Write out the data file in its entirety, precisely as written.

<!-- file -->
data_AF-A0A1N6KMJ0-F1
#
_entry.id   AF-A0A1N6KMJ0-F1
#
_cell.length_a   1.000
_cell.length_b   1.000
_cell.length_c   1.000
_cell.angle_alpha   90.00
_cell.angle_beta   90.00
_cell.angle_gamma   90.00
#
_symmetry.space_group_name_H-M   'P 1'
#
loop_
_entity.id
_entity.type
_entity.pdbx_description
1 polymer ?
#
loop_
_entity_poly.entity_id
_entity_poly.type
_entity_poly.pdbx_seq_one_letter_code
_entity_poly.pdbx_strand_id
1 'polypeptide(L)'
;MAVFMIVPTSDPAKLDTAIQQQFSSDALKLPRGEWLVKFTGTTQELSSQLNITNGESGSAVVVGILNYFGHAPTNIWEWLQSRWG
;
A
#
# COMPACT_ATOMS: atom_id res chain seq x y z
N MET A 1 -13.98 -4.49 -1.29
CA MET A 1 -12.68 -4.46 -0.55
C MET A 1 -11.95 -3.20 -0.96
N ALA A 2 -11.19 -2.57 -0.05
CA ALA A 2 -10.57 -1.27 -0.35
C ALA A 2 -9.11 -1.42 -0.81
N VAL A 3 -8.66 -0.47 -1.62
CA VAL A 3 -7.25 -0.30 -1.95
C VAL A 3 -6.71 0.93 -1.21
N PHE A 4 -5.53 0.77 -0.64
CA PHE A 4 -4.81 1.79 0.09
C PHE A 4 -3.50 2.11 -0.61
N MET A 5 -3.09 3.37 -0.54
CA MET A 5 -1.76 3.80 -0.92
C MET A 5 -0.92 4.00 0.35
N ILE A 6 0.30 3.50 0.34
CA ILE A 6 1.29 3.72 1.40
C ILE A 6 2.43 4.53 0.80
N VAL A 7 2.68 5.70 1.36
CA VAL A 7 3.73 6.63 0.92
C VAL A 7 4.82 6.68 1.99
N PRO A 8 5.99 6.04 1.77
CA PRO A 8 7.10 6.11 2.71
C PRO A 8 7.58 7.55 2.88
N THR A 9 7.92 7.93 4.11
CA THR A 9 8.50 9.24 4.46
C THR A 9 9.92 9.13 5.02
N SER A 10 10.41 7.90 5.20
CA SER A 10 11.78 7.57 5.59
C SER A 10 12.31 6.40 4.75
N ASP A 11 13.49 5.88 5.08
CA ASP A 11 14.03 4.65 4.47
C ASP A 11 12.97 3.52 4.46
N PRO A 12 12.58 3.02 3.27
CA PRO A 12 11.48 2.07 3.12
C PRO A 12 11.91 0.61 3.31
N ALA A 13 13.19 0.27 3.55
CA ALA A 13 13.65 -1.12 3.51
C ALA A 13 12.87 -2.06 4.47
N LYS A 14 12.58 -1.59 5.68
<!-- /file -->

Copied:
data_AF-A0A1N6KMJ0-F1
#
_entry.id   AF-A0A1N6KMJ0-F1
#
_cell.length_a   1.000
_cell.length_b   1.000
_cell.length_c   1.000
_cell.angle_alpha   90.00
_cell.angle_beta   90.00
_cell.angle_gamma   90.00
#
_symmetry.space_group_name_H-M   'P 1'
#
loop_
_entity.id
_entity.type
_entity.pdbx_description
1 polymer ?
#
loop_
_entity_poly.entity_id
_entity_poly.type
_entity_poly.pdbx_seq_one_letter_code
_entity_poly.pdbx_strand_id
1 'polypeptide(L)'
;MAVFMIVPTSDPAKLDTAIQQQFSSDALKLPRGEWLVKFTGTTQELSSQLNITNGESGSAVVVGILNYFGHAPTNIWEWLQSRWG
;
A
#
# COMPACT_ATOMS: atom_id res chain seq x y z
N MET A 1 -13.98 -4.49 -1.29
CA MET A 1 -12.68 -4.46 -0.55
C MET A 1 -11.95 -3.20 -0.96
N ALA A 2 -11.19 -2.57 -0.05
CA ALA A 2 -10.57 -1.27 -0.35
C ALA A 2 -9.11 -1.42 -0.81
N VAL A 3 -8.66 -0.47 -1.62
CA VAL A 3 -7.25 -0.30 -1.95
C VAL A 3 -6.71 0.93 -1.21
N PHE A 4 -5.53 0.77 -0.64
CA PHE A 4 -4.81 1.79 0.09
C PHE A 4 -3.50 2.11 -0.61
N MET A 5 -3.09 3.37 -0.54
CA MET A 5 -1.76 3.80 -0.92
C MET A 5 -0.92 4.00 0.35
N ILE A 6 0.30 3.50 0.34
CA ILE A 6 1.29 3.72 1.40
C ILE A 6 2.43 4.53 0.80
N VAL A 7 2.68 5.70 1.36
CA VAL A 7 3.73 6.63 0.92
C VAL A 7 4.82 6.68 1.99
N PRO A 8 5.99 6.04 1.77
CA PRO A 8 7.10 6.11 2.71
C PRO A 8 7.58 7.55 2.88
N THR A 9 7.92 7.93 4.11
CA THR A 9 8.50 9.24 4.46
C THR A 9 9.92 9.13 5.02
N SER A 10 10.41 7.90 5.20
CA SER A 10 11.78 7.57 5.59
C SER A 10 12.31 6.40 4.75
N ASP A 11 13.49 5.88 5.08
CA ASP A 11 14.03 4.65 4.47
C ASP A 11 12.97 3.52 4.46
N PRO A 12 12.58 3.02 3.27
CA PRO A 12 11.48 2.07 3.12
C PRO A 12 11.91 0.61 3.31
N ALA A 13 13.19 0.27 3.55
CA ALA A 13 13.65 -1.12 3.51
C ALA A 13 12.87 -2.06 4.47
N LYS A 14 12.58 -1.59 5.68